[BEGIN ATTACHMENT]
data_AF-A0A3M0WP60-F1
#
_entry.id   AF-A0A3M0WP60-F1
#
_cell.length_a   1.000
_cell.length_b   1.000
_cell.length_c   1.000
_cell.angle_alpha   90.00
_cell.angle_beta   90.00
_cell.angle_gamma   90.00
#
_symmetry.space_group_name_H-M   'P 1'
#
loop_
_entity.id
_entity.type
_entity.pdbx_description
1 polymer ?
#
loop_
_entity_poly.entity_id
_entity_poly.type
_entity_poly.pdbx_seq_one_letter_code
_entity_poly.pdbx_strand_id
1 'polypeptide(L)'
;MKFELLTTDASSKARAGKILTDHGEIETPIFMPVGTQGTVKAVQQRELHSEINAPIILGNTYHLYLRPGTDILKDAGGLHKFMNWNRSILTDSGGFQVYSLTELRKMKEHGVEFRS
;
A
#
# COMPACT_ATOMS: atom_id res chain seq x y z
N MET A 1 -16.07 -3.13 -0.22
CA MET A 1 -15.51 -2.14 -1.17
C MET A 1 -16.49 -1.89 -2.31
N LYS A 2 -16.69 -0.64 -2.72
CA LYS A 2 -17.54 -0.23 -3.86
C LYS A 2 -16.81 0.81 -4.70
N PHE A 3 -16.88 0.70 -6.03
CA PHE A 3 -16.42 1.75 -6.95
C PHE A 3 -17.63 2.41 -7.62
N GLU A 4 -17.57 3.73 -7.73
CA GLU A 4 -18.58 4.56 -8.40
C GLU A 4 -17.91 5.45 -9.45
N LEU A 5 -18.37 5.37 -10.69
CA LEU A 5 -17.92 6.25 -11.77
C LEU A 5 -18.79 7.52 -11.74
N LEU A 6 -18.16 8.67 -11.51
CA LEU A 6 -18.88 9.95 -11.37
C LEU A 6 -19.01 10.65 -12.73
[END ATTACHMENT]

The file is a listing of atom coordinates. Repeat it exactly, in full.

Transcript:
data_AF-A0A3M0WP60-F1
#
_entry.id   AF-A0A3M0WP60-F1
#
_cell.length_a   1.000
_cell.length_b   1.000
_cell.length_c   1.000
_cell.angle_alpha   90.00
_cell.angle_beta   90.00
_cell.angle_gamma   90.00
#
_symmetry.space_group_name_H-M   'P 1'
#
loop_
_entity.id
_entity.type
_entity.pdbx_description
1 polymer ?
#
loop_
_entity_poly.entity_id
_entity_poly.type
_entity_poly.pdbx_seq_one_letter_code
_entity_poly.pdbx_strand_id
1 'polypeptide(L)'
;MKFELLTTDASSKARAGKILTDHGEIETPIFMPVGTQGTVKAVQQRELHSEINAPIILGNTYHLYLRPGTDILKDAGGLHKFMNWNRSILTDSGGFQVYSLTELRKMKEHGVEFRS
;
A
#
# COMPACT_ATOMS: atom_id res chain seq x y z
N MET A 1 -16.07 -3.13 -0.22
CA MET A 1 -15.51 -2.14 -1.17
C MET A 1 -16.49 -1.89 -2.31
N LYS A 2 -16.69 -0.64 -2.72
CA LYS A 2 -17.54 -0.23 -3.86
C LYS A 2 -16.81 0.81 -4.70
N PHE A 3 -16.88 0.70 -6.03
CA PHE A 3 -16.42 1.75 -6.95
C PHE A 3 -17.63 2.41 -7.62
N GLU A 4 -17.57 3.73 -7.73
CA GLU A 4 -18.58 4.56 -8.40
C GLU A 4 -17.91 5.45 -9.45
N LEU A 5 -18.37 5.37 -10.69
CA LEU A 5 -17.92 6.25 -11.77
C LEU A 5 -18.79 7.52 -11.74
N LEU A 6 -18.16 8.67 -11.51
CA LEU A 6 -18.88 9.95 -11.37
C LEU A 6 -19.01 10.65 -12.73